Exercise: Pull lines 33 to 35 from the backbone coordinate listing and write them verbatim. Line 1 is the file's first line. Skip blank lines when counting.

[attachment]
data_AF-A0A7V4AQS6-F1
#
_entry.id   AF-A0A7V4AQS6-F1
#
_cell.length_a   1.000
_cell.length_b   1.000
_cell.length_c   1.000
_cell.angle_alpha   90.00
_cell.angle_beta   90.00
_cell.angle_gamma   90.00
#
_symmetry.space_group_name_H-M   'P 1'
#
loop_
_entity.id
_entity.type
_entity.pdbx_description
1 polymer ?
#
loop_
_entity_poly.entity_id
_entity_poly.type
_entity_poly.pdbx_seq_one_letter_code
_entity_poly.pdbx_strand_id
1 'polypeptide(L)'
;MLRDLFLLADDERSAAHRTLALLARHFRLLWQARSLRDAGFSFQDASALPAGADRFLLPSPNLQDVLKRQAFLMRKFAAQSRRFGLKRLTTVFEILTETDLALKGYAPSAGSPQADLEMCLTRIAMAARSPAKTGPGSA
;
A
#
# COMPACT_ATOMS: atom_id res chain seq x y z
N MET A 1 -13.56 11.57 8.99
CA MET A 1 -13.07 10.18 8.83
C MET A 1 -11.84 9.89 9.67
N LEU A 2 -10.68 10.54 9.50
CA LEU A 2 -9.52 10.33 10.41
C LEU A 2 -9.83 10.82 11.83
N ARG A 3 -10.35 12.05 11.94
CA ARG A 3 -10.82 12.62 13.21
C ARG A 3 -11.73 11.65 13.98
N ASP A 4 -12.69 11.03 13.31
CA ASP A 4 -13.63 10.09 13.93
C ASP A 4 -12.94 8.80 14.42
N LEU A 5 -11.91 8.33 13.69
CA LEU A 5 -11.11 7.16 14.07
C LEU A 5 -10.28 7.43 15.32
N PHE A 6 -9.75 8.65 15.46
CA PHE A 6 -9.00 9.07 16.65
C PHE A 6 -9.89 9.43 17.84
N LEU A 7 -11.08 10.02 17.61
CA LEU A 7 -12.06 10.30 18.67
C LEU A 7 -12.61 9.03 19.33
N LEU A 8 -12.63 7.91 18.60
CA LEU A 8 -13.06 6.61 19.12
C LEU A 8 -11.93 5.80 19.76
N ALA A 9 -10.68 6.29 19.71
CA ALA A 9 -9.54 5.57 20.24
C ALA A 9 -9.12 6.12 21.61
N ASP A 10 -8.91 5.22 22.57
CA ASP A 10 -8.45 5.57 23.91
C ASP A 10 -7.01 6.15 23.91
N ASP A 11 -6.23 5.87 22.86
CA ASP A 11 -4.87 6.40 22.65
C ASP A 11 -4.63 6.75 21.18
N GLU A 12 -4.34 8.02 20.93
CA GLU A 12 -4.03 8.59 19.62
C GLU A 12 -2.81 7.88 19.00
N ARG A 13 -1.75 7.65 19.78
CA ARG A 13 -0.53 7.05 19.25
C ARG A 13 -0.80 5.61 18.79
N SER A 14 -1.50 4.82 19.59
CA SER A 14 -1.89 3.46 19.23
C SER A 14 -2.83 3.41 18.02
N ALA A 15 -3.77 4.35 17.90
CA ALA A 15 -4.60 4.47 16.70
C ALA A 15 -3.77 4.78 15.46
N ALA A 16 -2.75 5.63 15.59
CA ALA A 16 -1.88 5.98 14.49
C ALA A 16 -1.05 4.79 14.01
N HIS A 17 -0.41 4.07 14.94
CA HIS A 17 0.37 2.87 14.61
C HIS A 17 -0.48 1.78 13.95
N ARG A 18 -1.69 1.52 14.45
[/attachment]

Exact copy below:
C MET A 1 -11.84 9.89 9.67
N LEU A 2 -10.68 10.54 9.50
CA LEU A 2 -9.52 10.33 10.41